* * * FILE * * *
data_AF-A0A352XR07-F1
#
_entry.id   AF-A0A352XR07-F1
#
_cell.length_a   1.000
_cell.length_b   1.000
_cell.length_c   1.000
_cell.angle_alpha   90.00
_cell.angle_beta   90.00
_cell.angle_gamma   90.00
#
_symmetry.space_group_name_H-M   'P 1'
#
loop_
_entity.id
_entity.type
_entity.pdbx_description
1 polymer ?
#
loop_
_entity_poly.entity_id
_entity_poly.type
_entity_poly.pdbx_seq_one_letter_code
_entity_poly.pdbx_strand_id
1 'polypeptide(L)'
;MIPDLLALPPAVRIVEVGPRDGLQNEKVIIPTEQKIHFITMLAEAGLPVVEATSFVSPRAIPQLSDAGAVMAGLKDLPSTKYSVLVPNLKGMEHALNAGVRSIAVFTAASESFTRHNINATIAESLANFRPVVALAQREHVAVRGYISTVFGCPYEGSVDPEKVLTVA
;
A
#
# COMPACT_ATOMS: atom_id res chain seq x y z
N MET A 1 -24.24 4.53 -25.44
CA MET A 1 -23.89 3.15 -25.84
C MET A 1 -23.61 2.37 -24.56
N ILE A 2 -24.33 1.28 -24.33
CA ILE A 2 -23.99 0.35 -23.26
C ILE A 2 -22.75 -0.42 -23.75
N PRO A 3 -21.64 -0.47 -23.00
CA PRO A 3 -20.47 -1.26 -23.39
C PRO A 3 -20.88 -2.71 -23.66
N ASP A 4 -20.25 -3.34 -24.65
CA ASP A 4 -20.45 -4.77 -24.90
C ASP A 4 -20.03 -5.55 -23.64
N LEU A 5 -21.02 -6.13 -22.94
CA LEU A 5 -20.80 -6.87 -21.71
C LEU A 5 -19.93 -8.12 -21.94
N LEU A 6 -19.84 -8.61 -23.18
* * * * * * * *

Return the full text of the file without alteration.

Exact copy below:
data_AF-A0A352XR07-F1
#
_entry.id   AF-A0A352XR07-F1
#
_cell.length_a   1.000
_cell.length_b   1.000
_cell.length_c   1.000
_cell.angle_alpha   90.00
_cell.angle_beta   90.00
_cell.angle_gamma   90.00
#
_symmetry.space_group_name_H-M   'P 1'
#
loop_
_entity.id
_entity.type
_entity.pdbx_description
1 polymer ?
#
loop_
_entity_poly.entity_id
_entity_poly.type
_entity_poly.pdbx_seq_one_letter_code
_entity_poly.pdbx_strand_id
1 'polypeptide(L)'
;MIPDLLALPPAVRIVEVGPRDGLQNEKVIIPTEQKIHFITMLAEAGLPVVEATSFVSPRAIPQLSDAGAVMAGLKDLPSTKYSVLVPNLKGMEHALNAGVRSIAVFTAASESFTRHNINATIAESLANFRPVVALAQREHVAVRGYISTVFGCPYEGSVDPEKVLTVA
;
A
#
# COMPACT_ATOMS: atom_id res chain seq x y z
N MET A 1 -24.24 4.53 -25.44
CA MET A 1 -23.89 3.15 -25.84
C MET A 1 -23.61 2.37 -24.56
N ILE A 2 -24.33 1.28 -24.33
CA ILE A 2 -23.99 0.35 -23.26
C ILE A 2 -22.75 -0.42 -23.75
N PRO A 3 -21.64 -0.47 -23.00
CA PRO A 3 -20.47 -1.26 -23.39
C PRO A 3 -20.88 -2.71 -23.66
N ASP A 4 -20.25 -3.34 -24.65
CA ASP A 4 -20.45 -4.77 -24.90
C ASP A 4 -20.03 -5.55 -23.64
N LEU A 5 -21.02 -6.13 -22.94
CA LEU A 5 -20.80 -6.87 -21.71
C LEU A 5 -19.93 -8.12 -21.94
N LEU A 6 -19.84 -8.61 -23.18